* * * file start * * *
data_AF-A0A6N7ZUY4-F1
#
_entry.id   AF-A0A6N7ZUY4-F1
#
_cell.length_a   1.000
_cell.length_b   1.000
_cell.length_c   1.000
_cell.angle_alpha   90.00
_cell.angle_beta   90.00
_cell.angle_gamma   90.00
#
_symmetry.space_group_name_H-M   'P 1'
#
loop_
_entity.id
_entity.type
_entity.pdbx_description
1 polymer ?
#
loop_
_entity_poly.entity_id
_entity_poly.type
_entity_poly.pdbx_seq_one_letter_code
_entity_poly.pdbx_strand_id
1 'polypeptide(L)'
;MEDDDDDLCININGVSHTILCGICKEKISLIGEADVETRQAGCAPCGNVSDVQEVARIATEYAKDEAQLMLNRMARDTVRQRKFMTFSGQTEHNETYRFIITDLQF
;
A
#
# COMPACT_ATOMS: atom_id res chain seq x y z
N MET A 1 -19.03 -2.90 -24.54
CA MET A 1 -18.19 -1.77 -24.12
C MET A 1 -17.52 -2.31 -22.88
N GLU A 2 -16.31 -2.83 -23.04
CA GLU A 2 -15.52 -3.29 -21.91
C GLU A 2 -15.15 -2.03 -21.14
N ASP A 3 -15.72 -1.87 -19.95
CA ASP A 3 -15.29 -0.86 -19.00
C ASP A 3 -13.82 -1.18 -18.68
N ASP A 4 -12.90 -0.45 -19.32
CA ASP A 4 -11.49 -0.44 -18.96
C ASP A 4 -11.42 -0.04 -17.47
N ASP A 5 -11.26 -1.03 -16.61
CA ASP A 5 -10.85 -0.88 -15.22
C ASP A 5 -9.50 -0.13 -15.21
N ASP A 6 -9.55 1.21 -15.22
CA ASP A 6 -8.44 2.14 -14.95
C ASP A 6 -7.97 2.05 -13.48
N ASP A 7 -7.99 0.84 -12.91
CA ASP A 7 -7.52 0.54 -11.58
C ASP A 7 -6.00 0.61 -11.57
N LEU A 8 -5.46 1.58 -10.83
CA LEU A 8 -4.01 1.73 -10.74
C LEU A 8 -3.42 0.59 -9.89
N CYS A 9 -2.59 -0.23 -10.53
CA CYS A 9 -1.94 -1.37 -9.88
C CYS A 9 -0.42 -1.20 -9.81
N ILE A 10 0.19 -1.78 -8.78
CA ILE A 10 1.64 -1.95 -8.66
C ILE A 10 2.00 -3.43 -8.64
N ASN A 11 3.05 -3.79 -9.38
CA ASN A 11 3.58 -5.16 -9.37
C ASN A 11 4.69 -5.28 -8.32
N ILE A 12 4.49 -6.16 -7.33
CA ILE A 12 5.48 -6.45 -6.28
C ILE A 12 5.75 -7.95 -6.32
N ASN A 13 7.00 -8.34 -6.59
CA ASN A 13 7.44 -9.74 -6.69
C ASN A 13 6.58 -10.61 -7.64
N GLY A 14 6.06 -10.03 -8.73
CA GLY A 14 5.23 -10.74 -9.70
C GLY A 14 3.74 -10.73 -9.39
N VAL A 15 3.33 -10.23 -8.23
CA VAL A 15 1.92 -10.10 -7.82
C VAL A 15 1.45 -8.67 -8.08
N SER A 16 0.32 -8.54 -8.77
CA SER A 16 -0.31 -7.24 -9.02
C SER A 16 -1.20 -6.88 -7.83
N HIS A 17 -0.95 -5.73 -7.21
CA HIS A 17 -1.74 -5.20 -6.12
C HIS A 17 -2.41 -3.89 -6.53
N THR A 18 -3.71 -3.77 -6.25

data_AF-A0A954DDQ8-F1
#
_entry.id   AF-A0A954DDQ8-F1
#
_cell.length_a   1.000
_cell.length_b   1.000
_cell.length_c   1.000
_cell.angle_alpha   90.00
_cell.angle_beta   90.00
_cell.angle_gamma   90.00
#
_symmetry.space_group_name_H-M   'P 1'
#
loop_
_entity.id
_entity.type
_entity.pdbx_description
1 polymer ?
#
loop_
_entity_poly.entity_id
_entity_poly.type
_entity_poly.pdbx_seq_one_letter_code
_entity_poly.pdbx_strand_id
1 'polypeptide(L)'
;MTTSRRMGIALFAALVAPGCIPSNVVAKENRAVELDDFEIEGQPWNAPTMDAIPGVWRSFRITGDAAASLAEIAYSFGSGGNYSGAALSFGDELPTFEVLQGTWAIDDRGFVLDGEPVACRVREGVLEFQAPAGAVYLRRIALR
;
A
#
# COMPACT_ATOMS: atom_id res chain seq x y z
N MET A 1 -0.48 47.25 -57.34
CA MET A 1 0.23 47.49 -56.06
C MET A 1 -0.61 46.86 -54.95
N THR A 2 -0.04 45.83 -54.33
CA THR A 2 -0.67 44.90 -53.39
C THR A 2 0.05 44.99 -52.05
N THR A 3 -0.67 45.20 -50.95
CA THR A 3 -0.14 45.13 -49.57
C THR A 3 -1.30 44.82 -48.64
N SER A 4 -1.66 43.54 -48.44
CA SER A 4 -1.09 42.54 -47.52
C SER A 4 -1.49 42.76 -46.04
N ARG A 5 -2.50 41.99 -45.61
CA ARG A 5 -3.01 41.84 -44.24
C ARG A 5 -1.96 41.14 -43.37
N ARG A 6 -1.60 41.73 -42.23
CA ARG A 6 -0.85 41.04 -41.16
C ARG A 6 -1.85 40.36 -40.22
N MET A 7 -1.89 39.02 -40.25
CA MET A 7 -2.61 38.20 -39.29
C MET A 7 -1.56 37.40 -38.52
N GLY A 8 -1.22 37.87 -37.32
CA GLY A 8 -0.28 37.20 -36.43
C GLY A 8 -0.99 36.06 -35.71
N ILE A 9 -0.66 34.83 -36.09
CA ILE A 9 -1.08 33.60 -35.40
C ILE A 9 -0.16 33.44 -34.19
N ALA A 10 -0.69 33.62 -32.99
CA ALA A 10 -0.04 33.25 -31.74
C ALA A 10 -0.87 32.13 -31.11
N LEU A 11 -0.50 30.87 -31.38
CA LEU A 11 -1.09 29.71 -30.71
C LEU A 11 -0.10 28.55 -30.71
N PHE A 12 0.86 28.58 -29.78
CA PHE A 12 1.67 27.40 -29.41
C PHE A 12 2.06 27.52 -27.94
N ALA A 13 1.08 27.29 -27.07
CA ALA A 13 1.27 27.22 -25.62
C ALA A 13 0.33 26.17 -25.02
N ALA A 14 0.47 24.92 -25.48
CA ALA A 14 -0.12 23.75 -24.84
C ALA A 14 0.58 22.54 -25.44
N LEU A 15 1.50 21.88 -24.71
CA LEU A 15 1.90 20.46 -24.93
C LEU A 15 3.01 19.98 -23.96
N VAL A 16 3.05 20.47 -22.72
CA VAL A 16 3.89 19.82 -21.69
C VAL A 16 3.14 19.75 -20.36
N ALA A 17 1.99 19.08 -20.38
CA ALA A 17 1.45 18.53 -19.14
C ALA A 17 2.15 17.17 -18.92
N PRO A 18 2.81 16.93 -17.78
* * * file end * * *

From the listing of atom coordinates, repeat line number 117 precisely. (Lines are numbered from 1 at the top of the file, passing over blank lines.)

CA THR A 2 -0.67 44.90 -53.39